1. If, as EPLC and the Arts and Education Initiative’s report, Creating Pennsylvania’s Future Through the Arts in Education puts forward, over 80% of Americans believe the arts are an integral part to a well-rounded education and the arts are seen as a vital component for addressing 21st century workforce skills by key business leaders, why are fewer than 50% of children studying the arts? (I should note that these stats are being re-reported from other literature. To actually read their recs for what we should do in PA, go here).
2. From the gist of the just released Arts Education in Public Elementary and Secondary Schools 1999-2000 and 2009-2010 from the National Center for Educational Statistics at the U.S. Department of Education (how’s that for having some clout behind it?), it appears that fewer students across the board are studying an art area (but this is substantial when you take into account that visual arts and music are still more widely offered, while dance and theatre is offered in less than 4% of elementary schools, for instance), and that the decline is even larger for lower-income students.
Why should you care? Wait wait, before you answer, let me ask you this: did you take art in school? Did it shape you on your path to where you are today? My answer, at least, is a resounding, “yes!”
So I’ll ask again: why should you care? Oh, before you answer again, think about this: How did you learn to be creative?
Why should you care? Does artistic genius only come to those who can afford to pay for after-school training?
Why should you care? Do you want an appreciative consumer of your art in 20 years, or were you planning on retiring before then? Oh, you haven’t started an IRA yet? Well, I guess you’ll still be working right along with me!
Why should you care? Is the rest of the world investing in arts education? (the answer: yes).
Why should you care? Are you in dance or theatre? Do you see the lack of representation we have in the schools? Breaks my heart.
Why should you care? Why should you care? Pick a reason, any reason. Add a reason below.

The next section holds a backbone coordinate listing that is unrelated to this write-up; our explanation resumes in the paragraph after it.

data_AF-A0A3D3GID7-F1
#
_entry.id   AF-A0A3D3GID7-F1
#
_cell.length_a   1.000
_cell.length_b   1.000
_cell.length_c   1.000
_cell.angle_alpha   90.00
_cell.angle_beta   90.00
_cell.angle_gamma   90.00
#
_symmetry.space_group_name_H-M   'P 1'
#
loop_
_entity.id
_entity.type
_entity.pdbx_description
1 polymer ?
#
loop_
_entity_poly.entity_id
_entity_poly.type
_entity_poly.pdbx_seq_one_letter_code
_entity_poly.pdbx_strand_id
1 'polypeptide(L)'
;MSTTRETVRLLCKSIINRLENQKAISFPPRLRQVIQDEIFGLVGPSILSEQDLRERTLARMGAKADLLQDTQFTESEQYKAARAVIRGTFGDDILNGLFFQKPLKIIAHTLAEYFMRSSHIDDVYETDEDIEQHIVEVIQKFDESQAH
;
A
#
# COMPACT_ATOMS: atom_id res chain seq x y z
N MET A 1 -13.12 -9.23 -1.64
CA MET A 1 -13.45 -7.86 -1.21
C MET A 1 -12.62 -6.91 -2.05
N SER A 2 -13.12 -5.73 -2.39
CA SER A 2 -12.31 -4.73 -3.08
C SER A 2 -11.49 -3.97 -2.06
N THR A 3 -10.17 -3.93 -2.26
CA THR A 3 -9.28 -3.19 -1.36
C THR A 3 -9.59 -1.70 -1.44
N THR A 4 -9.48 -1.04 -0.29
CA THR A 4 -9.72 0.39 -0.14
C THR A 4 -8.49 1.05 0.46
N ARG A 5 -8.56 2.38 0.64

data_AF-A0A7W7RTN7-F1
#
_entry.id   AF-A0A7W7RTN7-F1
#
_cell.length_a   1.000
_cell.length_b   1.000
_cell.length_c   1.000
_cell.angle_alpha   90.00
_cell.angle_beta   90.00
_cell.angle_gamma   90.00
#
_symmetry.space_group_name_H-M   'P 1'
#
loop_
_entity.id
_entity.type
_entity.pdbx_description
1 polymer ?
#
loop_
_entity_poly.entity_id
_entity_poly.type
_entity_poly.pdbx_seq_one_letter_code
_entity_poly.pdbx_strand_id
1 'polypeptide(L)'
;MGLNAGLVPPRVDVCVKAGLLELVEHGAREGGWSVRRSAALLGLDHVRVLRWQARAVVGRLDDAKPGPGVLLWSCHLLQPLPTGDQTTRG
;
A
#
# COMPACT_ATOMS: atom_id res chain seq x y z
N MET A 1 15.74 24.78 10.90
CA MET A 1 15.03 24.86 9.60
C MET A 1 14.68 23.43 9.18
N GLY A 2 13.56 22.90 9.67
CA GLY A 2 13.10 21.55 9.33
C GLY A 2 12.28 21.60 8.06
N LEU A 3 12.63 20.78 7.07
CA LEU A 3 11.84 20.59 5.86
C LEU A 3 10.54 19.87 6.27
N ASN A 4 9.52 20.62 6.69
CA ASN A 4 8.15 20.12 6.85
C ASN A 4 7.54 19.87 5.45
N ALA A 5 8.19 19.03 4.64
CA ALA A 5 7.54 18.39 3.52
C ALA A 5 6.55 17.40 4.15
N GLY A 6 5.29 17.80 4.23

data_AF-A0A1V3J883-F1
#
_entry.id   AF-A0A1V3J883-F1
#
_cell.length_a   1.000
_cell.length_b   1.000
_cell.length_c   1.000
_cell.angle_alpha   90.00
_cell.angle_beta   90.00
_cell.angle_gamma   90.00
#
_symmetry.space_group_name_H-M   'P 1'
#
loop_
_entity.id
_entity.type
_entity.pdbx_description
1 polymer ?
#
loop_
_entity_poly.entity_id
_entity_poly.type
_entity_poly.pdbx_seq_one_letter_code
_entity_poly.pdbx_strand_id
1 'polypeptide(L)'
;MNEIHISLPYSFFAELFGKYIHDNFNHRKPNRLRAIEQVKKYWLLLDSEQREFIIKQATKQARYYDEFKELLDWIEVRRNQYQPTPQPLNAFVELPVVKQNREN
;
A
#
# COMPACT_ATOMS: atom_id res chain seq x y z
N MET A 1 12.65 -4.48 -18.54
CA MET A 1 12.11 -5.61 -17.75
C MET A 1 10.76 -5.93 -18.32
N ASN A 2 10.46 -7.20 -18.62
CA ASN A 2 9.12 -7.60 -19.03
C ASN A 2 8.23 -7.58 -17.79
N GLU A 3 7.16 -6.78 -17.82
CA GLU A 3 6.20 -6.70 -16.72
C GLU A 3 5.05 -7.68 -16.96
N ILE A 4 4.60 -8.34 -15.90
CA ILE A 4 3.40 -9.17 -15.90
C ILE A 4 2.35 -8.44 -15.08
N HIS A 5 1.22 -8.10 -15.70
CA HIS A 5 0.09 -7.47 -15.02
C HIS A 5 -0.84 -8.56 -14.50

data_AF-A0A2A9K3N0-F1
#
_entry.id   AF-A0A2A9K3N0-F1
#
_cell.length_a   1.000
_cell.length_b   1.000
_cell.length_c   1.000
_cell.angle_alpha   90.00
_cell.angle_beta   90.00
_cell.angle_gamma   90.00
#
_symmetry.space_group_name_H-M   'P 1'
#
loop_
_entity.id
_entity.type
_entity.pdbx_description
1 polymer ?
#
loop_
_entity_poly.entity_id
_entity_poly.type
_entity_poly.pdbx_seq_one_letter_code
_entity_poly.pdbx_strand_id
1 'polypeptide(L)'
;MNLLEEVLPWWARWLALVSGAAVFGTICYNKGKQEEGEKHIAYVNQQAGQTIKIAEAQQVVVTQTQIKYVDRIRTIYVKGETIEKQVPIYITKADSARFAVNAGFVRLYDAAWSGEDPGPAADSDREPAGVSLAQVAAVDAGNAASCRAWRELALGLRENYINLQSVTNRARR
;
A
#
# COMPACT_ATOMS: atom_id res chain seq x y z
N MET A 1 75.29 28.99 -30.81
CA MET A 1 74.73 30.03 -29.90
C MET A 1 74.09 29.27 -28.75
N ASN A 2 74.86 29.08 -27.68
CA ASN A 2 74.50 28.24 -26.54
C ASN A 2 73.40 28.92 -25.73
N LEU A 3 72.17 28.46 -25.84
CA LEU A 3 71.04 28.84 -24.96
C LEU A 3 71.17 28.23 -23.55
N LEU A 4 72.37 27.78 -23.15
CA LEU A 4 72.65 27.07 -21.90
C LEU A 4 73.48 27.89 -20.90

Because the reasons are all here. How we handle arts education today will affect how we create art (and hopefully, we have artists who have been taught techniques for how to create art), consume art, criticize art, market art, etc. with the next generation of emerging arts leaders. THAT is why you should care about the state of arts education.
[whew…stepping off soapbox and heading towards the kitchen for a beer, thinking about the inevitable follow-up blog post, “Now what to DO about the state of arts education…”]
Alyssa Herzog Melby is the Director of Education and Community Engagement at Pittsburgh Ballet Theatre. All opinions expressed herein are hers alone and not those of PBT.
April 2, 2012Posted by on
This week, join your arts peers around the country in a virtual conversation on Artsblog, where the Emerging Leaders Network will have a discussion about Leveraging Impact for the Future. Americans for the Arts has invited leaders of local Emerging Leaders Networks across the country (just like Pittsburgh’s) to create blog posts that focused on the idea of change by examining four major areas of our work: advocacy; civil discourse; public, private, and social sector partnerships; and nonprofit and arts leadership development.
This week, these bloggers will answer questions such as:
- How does your community spark development in the four areas of our work at the local level?
- How can our organizations and communities leverage arts patronage and arts participation into broader community-based solutions to economic and social problems?
- What actions must emerging leaders and networks take now to push the arts sector into a sustainable and socially meaningful future?
- In what ways must tomorrow’s arts leaders also serve as community leaders?
- Please read along, comment, and share your own thoughts along the way about what’s going on in your organizations and communities. We look forward to hearing what you all think!
Questions? Contact Stephanie Evans Hanson, Leadership Development Program Manager for Americans for the Arts, at 202.371.2830 or by email.
March 23, 2012Posted by on
It never fails. After almost any public event that I attend with my spouse, he always says, “You’re so good at talking with strangers. I wish I could do that, but I can’t.” And every time I tell him a secret that I’m about to share with you all: I wasn’t born with a special talent to talk with strangers. I have worked—and worked extremely hard—at acquiring this skill, the “art of small talk.”
It’s hard for me to recall at what point in my life it became clear that the art of small talk was a skill I thought worthy of possessing. Perhaps it started as early as age 10 when I read a book (are you ready for a really shameful confession?) entitled How to be Popular with Boys that I found at a garage sale. This book—clearly from the non-women’s lib side of the 1970s—makes me now cringe. It did not help me to be as popular as the title proclaimed, but I do remember taking away a few key points that emphasized making eye contact and asking people questions about themselves. Or perhaps my investment in learning small talk occurred in college when I was a theatre major, and it was hammered into our brains that theatre is largely “who you know.” And the only way you get to know someone was by talking with them (and yes, this was before the rise of online messaging where people were still required to talk face to face.) Or perhaps it came from somewhere else entirely.